Japanese beetles, Popillia japonica Newman (Coleoptera: Scarabaeidae), were evaluated for ovipositional preferences among four turfgrasses common in northwestern Arkansas. Choice assays revealed females preferred to oviposit in tall fescue (Festuca arundinacea Schreb.) and zoysiagrass (Zoysia japonica Steud.), and that they avoided oviposition in common bermudagrass (Cynodon dactylon [L.] Pers.) and hybrid bermudagrass (C. dactylon x C. transvaalensis Pers.). Significantly fewer eggs were oviposited in hybrid bermudagrass in a no-choice assay, suggesting that chemical and/or physical plant characteristics deter oviposition in that grass. The percentage of turfgrass cores with evidence of female activity (presence of female or eggs, or signs of female digging) in choice assays revealed no differences among treatments, yet significantly fewer hybrid bermudagrass cores had eggs. These results suggest that many females did not initially reject hybrid bermudagrass based on aboveground plant characteristics, but rather they left without ovipositing. Therefore, resistance in hybrid bermudagrass is likely expressed below ground. Our results suggest that the use of hybrid bermudagrass as a means of cultural control in an integrated pest management program may discourage Japanese beetle oviposition and subsequent grub infestations in lawns, golf courses, or sports fields.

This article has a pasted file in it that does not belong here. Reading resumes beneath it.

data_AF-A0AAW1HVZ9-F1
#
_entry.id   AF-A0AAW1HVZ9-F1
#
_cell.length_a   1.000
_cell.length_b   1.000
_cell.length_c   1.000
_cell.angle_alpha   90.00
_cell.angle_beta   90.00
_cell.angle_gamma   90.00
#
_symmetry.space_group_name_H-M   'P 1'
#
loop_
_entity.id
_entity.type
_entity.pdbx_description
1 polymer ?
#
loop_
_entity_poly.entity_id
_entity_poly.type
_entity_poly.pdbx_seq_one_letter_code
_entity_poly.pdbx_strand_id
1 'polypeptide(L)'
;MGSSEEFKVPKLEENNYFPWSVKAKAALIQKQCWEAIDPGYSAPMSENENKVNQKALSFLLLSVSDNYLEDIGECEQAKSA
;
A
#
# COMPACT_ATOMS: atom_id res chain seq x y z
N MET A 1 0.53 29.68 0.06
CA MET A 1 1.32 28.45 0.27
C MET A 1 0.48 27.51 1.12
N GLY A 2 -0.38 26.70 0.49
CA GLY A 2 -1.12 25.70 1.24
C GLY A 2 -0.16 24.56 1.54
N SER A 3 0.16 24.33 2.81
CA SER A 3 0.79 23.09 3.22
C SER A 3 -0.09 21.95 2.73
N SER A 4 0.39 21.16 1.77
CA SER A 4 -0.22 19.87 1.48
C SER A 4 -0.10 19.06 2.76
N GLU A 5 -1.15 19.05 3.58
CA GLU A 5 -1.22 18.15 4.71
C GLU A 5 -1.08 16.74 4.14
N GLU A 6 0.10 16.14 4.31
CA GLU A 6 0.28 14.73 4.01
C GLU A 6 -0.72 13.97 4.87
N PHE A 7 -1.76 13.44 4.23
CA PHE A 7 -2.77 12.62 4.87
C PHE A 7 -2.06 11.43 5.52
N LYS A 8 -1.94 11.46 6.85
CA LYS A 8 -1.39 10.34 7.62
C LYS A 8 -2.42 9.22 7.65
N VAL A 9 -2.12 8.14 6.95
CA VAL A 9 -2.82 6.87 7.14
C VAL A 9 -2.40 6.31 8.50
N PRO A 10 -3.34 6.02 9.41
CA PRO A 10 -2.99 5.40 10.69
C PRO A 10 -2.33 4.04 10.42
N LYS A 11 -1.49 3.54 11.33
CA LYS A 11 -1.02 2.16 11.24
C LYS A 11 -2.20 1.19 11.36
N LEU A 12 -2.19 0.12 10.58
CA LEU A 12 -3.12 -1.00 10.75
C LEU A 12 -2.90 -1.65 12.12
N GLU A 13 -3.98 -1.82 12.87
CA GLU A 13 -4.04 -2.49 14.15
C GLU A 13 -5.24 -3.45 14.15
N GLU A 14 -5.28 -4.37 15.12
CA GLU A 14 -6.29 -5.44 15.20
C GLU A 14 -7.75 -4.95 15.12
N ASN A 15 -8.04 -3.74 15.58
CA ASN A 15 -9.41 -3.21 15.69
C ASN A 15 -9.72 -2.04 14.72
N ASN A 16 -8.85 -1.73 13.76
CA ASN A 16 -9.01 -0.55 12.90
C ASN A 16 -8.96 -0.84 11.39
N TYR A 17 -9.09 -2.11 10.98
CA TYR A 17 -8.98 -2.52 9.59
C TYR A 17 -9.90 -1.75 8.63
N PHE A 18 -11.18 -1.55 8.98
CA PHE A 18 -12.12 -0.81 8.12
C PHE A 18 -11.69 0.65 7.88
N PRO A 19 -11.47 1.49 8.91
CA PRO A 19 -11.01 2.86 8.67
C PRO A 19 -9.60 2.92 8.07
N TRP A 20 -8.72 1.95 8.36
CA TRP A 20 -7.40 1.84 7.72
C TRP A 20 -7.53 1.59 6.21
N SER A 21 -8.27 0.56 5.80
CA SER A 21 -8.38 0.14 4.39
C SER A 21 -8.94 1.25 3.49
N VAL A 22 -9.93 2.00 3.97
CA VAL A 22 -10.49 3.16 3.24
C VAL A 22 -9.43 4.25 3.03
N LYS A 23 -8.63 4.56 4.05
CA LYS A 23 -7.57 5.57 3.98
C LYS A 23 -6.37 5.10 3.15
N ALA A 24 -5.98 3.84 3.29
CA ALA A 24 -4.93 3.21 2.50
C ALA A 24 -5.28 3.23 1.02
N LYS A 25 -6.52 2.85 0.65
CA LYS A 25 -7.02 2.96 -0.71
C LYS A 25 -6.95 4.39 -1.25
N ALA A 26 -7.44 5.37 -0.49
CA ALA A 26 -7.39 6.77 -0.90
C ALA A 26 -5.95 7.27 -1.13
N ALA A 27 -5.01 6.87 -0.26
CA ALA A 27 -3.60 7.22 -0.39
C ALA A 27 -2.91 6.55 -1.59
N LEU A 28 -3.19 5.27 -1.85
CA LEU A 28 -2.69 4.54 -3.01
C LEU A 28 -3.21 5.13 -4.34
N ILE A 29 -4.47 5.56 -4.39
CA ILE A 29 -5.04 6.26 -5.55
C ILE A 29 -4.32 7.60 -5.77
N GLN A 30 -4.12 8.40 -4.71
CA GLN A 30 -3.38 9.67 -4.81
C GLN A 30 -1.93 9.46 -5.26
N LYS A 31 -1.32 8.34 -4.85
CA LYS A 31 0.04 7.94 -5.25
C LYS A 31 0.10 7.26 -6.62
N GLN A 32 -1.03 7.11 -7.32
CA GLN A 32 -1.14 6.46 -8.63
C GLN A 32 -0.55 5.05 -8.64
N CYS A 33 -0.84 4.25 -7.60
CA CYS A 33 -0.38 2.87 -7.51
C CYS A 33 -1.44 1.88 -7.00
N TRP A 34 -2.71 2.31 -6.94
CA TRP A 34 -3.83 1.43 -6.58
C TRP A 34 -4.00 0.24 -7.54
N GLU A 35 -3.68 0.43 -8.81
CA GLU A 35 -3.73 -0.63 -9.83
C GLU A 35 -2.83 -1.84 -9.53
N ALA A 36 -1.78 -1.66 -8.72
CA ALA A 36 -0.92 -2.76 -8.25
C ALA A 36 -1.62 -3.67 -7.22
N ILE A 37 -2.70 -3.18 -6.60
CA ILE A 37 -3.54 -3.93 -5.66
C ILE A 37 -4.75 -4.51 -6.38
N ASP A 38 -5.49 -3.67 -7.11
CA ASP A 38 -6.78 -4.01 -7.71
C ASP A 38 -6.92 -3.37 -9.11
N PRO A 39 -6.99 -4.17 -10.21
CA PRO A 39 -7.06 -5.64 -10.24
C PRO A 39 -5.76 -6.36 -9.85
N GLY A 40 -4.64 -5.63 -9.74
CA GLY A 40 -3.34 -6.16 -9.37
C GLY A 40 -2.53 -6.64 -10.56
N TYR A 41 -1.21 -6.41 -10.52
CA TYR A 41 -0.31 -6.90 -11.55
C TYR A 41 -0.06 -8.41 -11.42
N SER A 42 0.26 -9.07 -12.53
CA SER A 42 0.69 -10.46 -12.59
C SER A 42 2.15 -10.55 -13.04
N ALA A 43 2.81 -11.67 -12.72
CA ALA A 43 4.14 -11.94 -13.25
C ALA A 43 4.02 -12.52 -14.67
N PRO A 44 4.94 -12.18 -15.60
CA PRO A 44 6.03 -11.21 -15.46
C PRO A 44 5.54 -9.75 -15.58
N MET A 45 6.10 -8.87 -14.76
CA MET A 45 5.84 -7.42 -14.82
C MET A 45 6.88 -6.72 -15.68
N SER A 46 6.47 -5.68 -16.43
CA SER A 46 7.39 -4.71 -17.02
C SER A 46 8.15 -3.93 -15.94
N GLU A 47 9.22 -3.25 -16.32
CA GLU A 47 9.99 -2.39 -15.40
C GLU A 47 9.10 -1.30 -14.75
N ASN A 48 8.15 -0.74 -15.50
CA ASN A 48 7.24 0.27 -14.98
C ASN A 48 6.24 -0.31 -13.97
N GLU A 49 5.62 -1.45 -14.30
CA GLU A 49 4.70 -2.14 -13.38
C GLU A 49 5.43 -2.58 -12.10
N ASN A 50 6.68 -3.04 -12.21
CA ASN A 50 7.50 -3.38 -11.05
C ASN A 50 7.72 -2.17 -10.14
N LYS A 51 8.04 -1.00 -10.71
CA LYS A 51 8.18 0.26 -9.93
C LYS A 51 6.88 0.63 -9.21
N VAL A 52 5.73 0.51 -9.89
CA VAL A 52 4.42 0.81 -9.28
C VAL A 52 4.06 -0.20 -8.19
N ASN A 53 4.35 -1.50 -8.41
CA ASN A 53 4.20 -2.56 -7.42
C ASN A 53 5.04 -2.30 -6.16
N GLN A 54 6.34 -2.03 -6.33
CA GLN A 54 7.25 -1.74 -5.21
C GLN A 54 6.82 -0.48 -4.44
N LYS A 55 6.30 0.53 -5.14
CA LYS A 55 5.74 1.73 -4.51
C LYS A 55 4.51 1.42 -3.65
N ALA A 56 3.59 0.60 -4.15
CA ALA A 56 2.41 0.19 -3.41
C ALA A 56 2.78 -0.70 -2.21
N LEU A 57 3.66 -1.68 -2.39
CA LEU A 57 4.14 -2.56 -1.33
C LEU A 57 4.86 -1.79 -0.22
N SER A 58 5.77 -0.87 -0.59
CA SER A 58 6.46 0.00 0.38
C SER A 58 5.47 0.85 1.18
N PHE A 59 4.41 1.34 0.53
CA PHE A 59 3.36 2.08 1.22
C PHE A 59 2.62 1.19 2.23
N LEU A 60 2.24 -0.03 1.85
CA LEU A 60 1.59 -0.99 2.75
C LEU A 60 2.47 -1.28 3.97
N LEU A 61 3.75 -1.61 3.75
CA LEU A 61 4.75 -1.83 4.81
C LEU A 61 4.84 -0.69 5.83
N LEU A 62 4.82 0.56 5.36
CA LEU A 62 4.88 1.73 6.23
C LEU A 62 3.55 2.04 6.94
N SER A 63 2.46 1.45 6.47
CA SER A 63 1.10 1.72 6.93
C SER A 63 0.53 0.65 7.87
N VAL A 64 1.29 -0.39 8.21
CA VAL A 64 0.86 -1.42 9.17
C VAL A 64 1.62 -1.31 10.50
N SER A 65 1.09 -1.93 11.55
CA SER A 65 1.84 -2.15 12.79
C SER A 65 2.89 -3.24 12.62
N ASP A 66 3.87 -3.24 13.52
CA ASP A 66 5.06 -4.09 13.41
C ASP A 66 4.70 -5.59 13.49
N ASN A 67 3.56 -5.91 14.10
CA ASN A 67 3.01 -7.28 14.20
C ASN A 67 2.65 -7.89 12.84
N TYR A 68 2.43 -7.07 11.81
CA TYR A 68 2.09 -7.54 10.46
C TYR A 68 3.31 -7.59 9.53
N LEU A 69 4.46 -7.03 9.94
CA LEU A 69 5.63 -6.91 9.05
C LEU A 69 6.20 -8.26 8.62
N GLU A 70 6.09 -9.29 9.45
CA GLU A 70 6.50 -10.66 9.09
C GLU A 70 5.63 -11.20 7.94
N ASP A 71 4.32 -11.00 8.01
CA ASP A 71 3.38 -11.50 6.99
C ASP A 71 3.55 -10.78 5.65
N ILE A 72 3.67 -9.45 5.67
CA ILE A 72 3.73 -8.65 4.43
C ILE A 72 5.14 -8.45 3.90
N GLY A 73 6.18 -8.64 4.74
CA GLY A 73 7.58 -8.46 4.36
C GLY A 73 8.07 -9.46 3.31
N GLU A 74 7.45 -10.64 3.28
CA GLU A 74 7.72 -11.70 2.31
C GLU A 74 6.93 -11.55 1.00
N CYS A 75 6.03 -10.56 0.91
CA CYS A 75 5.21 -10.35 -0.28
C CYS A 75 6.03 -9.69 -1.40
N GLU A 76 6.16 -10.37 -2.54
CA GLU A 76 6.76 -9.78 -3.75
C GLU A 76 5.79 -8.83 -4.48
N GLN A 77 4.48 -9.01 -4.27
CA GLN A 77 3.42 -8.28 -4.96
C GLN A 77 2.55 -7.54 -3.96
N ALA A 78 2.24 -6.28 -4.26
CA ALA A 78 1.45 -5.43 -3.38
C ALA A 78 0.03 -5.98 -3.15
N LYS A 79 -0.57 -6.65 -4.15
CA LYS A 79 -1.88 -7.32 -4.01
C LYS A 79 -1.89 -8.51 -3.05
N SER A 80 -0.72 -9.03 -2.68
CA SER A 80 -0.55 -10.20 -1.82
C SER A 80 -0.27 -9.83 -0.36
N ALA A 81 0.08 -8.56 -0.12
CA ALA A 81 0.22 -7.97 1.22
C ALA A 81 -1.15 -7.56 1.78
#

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Vol. 102 • No. 6